Results achieved during the emergency phase of the project:
- 1 million rapid antigen test kits, 390,000 PCR test kits, and 1.1 million sets of PPE were procured for hospitals.
- 26 cabs and 805 motorbikes have been procured for use by Medical Officers of the Health and Public Health Inspectors who are in charge of all grassroots-level health and COVID management activities. The additional vehicles increased capacity for contact tracing, testing, and follow up, as well as vaccine deployment activities.
- 70 intermediate care centers with isolation facilities are being refurbished or modified to handle COVID patients. Work on 56 of the centers has been completed and work on the remaining centers is ongoing.
- Work is in progress to strengthen four hospitals to function as Infectious Disease Hospitals (IDH) at the provincial level (Kilinochchi, Hambanthota, Ampara, and the National Institute of Infectious Diseases).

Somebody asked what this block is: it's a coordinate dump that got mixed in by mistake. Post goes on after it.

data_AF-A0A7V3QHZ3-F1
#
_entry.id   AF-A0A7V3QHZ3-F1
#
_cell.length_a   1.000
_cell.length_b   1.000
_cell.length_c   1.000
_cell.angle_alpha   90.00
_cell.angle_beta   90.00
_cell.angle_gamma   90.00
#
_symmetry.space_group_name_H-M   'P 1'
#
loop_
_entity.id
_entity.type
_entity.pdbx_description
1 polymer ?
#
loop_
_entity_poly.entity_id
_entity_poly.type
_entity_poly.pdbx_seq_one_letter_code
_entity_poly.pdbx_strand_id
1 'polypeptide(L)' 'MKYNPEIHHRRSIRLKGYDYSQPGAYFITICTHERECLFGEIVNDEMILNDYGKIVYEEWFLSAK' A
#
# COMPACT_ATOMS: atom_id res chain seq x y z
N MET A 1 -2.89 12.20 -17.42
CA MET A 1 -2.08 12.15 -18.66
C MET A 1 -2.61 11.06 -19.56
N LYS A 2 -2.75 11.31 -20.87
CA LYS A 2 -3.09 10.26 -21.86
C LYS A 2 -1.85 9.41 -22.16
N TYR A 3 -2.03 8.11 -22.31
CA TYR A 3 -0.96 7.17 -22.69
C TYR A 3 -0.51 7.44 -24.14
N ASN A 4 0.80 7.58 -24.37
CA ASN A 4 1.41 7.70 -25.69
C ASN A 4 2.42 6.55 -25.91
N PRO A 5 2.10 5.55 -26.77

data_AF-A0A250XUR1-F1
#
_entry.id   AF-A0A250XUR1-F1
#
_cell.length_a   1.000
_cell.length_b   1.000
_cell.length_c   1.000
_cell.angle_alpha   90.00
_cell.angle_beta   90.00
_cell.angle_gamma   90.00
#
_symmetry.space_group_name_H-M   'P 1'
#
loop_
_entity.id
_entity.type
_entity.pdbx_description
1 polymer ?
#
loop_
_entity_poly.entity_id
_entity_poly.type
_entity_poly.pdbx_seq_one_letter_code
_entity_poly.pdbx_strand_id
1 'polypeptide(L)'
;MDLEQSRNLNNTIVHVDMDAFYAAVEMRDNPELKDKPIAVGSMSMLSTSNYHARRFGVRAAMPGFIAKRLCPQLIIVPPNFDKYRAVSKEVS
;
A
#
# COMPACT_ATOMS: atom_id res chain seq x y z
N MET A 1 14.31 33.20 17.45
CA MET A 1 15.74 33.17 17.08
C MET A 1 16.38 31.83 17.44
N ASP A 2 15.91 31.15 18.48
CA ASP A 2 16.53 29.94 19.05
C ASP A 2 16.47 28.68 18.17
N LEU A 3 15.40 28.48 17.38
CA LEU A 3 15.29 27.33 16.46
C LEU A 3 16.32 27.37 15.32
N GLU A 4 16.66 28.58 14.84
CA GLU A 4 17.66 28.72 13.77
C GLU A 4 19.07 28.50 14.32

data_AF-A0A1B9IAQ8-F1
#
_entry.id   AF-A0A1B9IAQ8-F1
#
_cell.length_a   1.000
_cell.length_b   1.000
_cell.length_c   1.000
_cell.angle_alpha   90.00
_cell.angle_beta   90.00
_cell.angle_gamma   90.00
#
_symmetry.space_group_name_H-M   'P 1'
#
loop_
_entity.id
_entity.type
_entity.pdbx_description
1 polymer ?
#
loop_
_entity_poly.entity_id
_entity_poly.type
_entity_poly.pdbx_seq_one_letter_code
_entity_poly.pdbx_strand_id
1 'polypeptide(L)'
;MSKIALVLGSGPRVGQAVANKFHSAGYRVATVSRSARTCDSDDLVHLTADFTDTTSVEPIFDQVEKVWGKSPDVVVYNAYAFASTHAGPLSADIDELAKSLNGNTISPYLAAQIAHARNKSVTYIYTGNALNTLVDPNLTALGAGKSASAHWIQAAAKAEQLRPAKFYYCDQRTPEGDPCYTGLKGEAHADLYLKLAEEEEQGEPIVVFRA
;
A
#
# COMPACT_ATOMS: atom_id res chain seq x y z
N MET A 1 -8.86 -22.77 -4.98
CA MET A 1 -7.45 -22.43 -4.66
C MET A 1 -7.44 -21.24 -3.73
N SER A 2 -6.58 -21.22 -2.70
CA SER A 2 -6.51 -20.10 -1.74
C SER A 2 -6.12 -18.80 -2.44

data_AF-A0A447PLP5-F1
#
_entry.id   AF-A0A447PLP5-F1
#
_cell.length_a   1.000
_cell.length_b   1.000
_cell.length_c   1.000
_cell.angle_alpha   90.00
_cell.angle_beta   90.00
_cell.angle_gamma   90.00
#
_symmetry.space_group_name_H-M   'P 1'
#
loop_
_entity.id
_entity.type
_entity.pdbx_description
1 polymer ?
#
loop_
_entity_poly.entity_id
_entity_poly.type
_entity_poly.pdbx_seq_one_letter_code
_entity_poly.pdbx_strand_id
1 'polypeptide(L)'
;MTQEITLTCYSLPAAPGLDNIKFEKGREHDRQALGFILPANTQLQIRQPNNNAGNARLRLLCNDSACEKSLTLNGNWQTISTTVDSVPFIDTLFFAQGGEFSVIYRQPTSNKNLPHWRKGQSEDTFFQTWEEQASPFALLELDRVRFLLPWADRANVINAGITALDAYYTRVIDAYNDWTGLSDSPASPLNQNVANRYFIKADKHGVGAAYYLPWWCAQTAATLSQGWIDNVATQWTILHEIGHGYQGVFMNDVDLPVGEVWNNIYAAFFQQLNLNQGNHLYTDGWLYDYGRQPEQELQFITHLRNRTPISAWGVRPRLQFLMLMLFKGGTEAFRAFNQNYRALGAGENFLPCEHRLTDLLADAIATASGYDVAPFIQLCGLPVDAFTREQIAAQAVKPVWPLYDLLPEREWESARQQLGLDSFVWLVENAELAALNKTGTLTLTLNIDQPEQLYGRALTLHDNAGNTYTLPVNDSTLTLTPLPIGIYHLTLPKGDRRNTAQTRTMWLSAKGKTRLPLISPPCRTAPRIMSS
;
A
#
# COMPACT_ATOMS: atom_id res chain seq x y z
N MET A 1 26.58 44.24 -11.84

- Work is in progress to build/expand intensive-care units/facilities (ICU) in six hospitals (Rathnapura, Anuradhapura, Eheliyagoda, Warakapola, Marawila, and Balangoda) and to build/expand high-dependency units/facilities (HDU) in two hospitals (Pimbura and NIMH).
- 87 ICU/HDU beds have been supplied to increase the total national capacity of ICU/HDU beds to 650.
- 120 high-low nasal oxygen therapy units, 25 ICU ventilators, seven neonatal ventilators 20 transport ventilators, 2,100 Oxygen concentrators were procured through the United Nations Office of Project Services (UNOPS) and procurement of seven oxygen-generating plants is in progress.